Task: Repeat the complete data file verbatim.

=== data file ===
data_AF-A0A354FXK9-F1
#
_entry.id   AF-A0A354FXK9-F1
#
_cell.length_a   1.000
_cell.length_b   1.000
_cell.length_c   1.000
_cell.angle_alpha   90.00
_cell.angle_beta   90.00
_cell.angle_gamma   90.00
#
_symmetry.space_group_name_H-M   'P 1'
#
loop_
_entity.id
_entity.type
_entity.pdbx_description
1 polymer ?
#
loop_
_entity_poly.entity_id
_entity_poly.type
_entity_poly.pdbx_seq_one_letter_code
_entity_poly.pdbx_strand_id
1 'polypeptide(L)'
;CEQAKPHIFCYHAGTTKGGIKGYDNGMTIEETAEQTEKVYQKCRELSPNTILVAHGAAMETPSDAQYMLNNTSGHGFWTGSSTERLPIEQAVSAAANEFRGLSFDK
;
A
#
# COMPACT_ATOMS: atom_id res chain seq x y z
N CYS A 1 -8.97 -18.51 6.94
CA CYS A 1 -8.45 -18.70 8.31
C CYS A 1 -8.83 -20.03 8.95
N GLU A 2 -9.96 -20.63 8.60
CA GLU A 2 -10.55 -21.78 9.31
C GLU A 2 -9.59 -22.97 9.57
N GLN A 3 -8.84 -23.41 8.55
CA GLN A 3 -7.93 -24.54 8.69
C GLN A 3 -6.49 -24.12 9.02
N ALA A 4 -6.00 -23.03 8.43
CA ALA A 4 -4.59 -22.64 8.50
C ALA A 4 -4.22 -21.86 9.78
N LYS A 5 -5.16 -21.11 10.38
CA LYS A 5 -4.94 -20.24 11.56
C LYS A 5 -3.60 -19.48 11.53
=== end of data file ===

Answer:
data_AF-A0A354FXK9-F1
#
_entry.id   AF-A0A354FXK9-F1
#
_cell.length_a   1.000
_cell.length_b   1.000
_cell.length_c   1.000
_cell.angle_alpha   90.00
_cell.angle_beta   90.00
_cell.angle_gamma   90.00
#
_symmetry.space_group_name_H-M   'P 1'
#
loop_
_entity.id
_entity.type
_entity.pdbx_description
1 polymer ?
#
loop_
_entity_poly.entity_id
_entity_poly.type
_entity_poly.pdbx_seq_one_letter_code
_entity_poly.pdbx_strand_id
1 'polypeptide(L)'
;CEQAKPHIFCYHAGTTKGGIKGYDNGMTIEETAEQTEKVYQKCRELSPNTILVAHGAAMETPSDAQYMLNNTSGHGFWTGSSTERLPIEQAVSAAANEFRGLSFDK
;
A
#
# COMPACT_ATOMS: atom_id res chain seq x y z
N CYS A 1 -8.97 -18.51 6.94
CA CYS A 1 -8.45 -18.70 8.31
C CYS A 1 -8.83 -20.03 8.95
N GLU A 2 -9.96 -20.63 8.60
CA GLU A 2 -10.55 -21.78 9.31
C GLU A 2 -9.59 -22.97 9.57
N GLN A 3 -8.84 -23.41 8.55
CA GLN A 3 -7.93 -24.54 8.69
C GLN A 3 -6.49 -24.12 9.02
N ALA A 4 -6.00 -23.03 8.43
CA ALA A 4 -4.59 -22.64 8.50
C ALA A 4 -4.22 -21.86 9.78
N LYS A 5 -5.16 -21.11 10.38
CA LYS A 5 -4.94 -20.24 11.56
C LYS A 5 -3.60 -19.48 11.53